FDA, Real estate

FDA to follow EMA with move from London to Amsterdam

As the FDA now communicates with its European counterparts on a daily basis, the US agency has decided to make the move from London to Amsterdam alongside the EMA.

Anna Abram

“By maintaining an office in both Brussels and London (eventually Amsterdam), we can better leverage our resources and collaborate with our regulatory partners on higher-risk sites around the globe that sell food and medical products to both Europe and the United States,” the FDA’s Anna Abram and Mark Abdoo wrote in a blog post Thursday.

According to the EMA’s timeline for tracking their relocation, the permanent building in Amsterdam will be fully operational by 15 November 2019 and staffers will relocate by 31 December 2019.

Mark Abdoo

The FDA’s presence in foreign countries has expanded since opening its first office in Beijing in November 2008. Additional foreign offices are in New Delhi (to better track active pharmaceutical ingredients (API), raw materials, finished drugs and various food products including spices); Brussels (the headquarters of the EU); and London — soon to be Amsterdam (the headquarters of EMA), among others.

As of 14 August, the FDA told Focus that the FDA’s India office has 14 US direct hires on staff (of which six are currently deployed to India while others await deployment) and five locally employed staff. But not all India-based office employees are investigators, and India office staff who perform inspections share the inspectional burden with FDA investigators based in the US who travel to India on temporary assignments.

The FDA’s China office as of 14 August had 20 US direct hires on staff, with six waiting deployment and six locally employed staff. That compares with a previous tally from December 2015 of 17 employees assigned to its Beijing office. But as with India, not all China Office employees are investigators, and China staff that perform inspections share the inspectional burden with US-based investigators deployed on temporary assignments, the FDA said.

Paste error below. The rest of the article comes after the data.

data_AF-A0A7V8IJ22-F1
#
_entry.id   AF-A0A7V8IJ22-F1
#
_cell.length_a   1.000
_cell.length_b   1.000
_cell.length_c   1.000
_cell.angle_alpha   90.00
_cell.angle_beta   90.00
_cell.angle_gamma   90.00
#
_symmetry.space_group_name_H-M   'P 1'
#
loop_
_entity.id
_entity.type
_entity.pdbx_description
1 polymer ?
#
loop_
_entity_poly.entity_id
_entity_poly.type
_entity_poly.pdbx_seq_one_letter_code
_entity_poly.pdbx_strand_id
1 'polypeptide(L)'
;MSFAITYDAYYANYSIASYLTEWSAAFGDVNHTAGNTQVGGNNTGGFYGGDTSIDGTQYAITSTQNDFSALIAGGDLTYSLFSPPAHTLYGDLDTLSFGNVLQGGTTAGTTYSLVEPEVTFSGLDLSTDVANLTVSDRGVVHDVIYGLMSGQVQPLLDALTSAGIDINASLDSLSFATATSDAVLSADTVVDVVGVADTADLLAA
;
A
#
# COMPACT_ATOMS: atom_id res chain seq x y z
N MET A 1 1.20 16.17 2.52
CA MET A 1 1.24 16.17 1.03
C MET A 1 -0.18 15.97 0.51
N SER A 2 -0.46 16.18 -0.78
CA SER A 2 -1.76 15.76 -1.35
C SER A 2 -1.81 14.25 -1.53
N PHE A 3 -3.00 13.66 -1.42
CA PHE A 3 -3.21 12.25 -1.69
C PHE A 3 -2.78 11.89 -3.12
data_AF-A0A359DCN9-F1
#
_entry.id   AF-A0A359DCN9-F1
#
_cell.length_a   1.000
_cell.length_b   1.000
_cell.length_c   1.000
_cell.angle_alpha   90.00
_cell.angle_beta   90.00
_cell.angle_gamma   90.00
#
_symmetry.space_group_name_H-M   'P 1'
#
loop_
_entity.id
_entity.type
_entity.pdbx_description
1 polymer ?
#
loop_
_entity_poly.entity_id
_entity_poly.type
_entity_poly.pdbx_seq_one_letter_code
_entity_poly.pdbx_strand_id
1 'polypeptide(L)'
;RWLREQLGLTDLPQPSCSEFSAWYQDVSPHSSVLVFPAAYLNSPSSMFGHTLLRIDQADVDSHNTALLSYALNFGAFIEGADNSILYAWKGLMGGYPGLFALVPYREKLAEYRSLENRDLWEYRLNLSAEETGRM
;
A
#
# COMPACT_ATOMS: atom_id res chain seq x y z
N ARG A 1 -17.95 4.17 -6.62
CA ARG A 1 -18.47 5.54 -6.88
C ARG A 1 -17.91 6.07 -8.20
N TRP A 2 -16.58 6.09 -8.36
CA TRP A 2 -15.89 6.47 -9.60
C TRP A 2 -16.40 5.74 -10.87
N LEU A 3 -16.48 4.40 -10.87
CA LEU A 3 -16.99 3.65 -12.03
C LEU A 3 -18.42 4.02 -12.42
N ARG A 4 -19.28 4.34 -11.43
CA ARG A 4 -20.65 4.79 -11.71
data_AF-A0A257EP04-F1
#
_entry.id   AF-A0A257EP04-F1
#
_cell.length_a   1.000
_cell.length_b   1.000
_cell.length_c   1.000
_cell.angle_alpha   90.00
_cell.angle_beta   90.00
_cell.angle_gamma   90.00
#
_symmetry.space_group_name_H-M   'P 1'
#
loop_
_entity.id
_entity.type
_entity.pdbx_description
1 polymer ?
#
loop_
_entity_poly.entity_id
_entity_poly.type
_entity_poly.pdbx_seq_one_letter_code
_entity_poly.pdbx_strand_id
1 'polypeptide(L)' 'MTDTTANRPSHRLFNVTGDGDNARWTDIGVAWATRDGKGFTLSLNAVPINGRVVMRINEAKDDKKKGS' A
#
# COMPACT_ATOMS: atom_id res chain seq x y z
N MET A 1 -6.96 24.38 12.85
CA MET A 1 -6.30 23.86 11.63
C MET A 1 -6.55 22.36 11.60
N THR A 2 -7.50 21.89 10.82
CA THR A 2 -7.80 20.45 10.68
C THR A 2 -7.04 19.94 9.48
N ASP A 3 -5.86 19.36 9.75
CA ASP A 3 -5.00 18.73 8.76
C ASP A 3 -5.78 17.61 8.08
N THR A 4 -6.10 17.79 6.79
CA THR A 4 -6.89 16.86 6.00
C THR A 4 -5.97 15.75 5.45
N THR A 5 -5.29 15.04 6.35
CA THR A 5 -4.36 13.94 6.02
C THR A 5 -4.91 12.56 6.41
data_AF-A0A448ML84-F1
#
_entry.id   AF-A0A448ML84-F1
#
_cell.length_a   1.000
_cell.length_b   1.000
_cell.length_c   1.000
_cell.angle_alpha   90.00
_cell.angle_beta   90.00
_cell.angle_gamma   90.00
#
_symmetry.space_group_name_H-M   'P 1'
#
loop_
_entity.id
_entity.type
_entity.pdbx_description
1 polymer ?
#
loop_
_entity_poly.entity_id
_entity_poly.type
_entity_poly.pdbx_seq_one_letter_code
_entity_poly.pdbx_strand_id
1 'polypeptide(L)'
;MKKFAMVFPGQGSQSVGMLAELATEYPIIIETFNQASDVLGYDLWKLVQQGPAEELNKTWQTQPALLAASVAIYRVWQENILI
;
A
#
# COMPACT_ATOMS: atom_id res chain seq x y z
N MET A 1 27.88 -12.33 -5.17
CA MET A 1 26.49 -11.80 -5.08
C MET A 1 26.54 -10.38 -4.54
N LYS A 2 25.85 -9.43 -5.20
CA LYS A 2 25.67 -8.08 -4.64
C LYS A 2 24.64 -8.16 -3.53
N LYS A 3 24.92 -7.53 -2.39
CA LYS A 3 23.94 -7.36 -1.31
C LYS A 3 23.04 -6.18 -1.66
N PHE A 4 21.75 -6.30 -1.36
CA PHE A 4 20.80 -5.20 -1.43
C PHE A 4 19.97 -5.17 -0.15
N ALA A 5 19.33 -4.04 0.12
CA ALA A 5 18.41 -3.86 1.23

“Today, our approach to information-gathering and sharing has become an important function of our foreign offices. They feed information into Predictive Risk-based Evaluation for Dynamic Import Compliance Targeting (PREDICT), a risk-based tool developed by FDA to screen all regulated shipments imported or offered for import into the United States. Our foreign offices also use Global Watch for communicating with FDA Centers and our Office of Regulatory Affairs about emerging trends relevant to the agency’s public health mission,” Abram and Abdoo write.

First published here. Regulatory Focus is the flagship online publication of the Regulatory Affairs Professionals Society (RAPS), the largest global organization of and for those involved with the regulation of healthcare and related products, including medical devices, pharmaceuticals, biologics and nutritional products. Email news@raps.org for more information.

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